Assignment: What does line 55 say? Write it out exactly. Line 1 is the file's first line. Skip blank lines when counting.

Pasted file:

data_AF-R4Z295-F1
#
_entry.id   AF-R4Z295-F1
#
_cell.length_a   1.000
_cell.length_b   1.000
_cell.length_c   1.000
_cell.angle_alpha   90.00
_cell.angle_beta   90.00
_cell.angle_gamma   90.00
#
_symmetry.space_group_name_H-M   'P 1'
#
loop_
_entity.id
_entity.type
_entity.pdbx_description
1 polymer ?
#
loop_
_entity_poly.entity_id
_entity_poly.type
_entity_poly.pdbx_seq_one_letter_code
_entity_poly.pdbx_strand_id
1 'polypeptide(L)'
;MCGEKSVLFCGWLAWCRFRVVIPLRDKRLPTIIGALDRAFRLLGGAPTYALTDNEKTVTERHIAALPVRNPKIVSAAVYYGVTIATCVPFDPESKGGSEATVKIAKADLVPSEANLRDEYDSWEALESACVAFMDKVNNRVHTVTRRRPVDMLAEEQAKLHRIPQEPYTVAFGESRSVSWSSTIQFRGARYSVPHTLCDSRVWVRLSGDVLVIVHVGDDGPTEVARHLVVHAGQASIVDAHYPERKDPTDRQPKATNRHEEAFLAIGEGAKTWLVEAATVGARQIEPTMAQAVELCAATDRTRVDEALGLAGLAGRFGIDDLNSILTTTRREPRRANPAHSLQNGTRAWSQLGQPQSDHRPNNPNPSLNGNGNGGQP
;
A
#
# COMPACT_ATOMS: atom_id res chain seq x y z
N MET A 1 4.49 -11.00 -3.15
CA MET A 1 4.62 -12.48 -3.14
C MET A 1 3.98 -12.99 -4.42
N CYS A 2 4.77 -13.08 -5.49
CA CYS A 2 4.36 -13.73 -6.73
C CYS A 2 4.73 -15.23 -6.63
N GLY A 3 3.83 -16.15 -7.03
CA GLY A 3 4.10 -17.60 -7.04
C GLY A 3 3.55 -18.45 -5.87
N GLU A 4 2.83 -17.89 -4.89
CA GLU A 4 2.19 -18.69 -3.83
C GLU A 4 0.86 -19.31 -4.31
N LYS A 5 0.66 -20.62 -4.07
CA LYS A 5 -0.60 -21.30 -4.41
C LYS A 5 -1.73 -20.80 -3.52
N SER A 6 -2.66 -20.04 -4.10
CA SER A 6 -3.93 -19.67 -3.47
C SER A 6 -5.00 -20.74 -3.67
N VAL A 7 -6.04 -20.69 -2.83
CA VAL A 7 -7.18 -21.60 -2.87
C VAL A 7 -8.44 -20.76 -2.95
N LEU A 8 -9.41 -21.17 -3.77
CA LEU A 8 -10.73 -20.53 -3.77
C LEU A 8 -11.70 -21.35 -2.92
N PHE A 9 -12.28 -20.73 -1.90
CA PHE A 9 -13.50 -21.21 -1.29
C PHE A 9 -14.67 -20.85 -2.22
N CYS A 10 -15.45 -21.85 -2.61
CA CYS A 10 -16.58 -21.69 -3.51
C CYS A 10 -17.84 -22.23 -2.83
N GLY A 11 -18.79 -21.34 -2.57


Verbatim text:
N PHE A 9 -12.28 -20.73 -1.90